Here is another view of the Tracking Generator board. Once I got the second board working, it occurred to me that the first board would not be wasted, assuming I could get it working. The way the TG works is by taking the 110MHz - 180MHz (or tighter, depending on center frequency and span) swept VCO signal sampled through R109 (470 Ohms) on the First Local Oscillator and IF Mixer board and mixing it with 110MHz from the LO on the Tracking Generator board using a TUF-1. All the Tracking Generator is, is a buffered VHF LO and mixer with RF and IF amps--in other words, it's a Direct Conversion Receiver (or single stage of a superheterodyne)!
As far as I can tell, there is absolutely no reason why any signal in the 110MHz to 180MHz range could not be downconverted to a signal in the 0MHz to 70MHz range, using the Tracking Generator circuit/board unchanged. Most importantly, a signal in the range of 144MHz to 148MHz--the amateur radio 2-meter band--could be down converted to a signal in the range of 34MHz - 38MHz.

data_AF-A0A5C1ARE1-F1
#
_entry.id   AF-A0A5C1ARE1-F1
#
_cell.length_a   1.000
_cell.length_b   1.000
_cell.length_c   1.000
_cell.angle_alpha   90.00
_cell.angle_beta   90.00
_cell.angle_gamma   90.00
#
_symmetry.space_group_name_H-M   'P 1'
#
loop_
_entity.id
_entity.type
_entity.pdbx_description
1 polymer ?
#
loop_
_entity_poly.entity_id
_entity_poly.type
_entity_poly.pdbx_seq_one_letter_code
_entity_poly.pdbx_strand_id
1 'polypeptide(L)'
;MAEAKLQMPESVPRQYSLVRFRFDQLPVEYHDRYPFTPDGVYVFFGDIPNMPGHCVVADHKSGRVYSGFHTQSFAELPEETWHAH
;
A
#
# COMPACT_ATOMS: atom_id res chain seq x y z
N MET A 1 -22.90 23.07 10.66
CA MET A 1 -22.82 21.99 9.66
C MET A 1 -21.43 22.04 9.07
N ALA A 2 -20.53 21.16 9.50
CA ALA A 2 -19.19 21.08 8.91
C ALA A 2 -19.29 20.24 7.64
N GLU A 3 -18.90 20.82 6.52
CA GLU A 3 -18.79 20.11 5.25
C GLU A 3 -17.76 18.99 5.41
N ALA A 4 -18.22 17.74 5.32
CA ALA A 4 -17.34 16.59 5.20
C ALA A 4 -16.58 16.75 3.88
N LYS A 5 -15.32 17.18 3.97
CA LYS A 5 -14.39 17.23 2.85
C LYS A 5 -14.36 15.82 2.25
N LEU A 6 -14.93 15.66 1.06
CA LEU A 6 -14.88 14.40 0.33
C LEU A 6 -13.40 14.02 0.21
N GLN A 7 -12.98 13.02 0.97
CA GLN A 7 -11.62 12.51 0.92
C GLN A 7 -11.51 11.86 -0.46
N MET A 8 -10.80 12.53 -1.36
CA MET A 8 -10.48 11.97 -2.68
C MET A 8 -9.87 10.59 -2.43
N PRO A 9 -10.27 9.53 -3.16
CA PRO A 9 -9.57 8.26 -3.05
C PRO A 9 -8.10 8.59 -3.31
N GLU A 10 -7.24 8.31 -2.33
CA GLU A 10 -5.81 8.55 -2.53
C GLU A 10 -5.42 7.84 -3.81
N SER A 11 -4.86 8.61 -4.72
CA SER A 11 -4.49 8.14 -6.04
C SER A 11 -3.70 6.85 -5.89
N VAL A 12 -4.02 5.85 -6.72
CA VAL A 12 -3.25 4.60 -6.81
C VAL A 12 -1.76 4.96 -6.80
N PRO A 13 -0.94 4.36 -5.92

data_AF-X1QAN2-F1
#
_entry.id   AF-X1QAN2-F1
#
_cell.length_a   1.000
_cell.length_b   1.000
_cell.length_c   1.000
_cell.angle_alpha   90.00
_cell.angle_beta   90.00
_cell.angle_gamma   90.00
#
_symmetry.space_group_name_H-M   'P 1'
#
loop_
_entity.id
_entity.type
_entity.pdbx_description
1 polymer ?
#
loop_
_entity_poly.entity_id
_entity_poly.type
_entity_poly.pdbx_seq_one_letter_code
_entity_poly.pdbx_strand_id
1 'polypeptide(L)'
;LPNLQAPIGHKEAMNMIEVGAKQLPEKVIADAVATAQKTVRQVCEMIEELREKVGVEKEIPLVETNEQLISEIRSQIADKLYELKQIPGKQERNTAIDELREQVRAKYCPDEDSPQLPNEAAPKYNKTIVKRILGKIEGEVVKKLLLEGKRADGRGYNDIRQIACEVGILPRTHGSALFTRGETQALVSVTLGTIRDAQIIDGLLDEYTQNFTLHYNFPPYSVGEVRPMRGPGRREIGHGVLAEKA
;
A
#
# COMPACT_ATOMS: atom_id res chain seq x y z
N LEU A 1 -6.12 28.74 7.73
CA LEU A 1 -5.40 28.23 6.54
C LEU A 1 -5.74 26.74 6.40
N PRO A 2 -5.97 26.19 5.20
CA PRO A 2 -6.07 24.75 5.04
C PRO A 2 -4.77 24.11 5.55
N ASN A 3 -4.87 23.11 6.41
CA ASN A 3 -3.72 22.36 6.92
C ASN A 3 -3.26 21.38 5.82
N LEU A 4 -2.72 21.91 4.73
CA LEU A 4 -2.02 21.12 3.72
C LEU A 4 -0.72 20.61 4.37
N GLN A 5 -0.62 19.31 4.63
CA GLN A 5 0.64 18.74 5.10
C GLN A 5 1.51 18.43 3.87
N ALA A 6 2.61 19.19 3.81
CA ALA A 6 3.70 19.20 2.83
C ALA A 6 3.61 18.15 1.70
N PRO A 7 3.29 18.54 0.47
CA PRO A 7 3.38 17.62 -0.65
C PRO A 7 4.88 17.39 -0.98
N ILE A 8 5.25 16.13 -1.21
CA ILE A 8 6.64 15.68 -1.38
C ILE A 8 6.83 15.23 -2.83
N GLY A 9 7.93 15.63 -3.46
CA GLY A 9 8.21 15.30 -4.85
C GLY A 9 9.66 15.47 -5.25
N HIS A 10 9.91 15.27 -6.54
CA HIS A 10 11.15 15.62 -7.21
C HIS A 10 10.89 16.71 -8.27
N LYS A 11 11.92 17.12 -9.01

There is a downside. You won't be able to see even the first harmonic (144 x 2 = 288 - 110 = 178), but you will be able to see any spurs from the fundamental. Tap the VCO sample after being amplified by U1 and U2 (say via a switch at jumper W2), feed this signal into a 2-meter filter (or a return loss bridge), feed the output of the filter into this new downconverter and then feed the output of it into the 0MHz to 70MHz input on the Spectrum Analyzer, and you can perform the same tests as shown in Figure 3 of the November, 1999, QST Tracking Generator article! Now that's a useful piece of test equipment!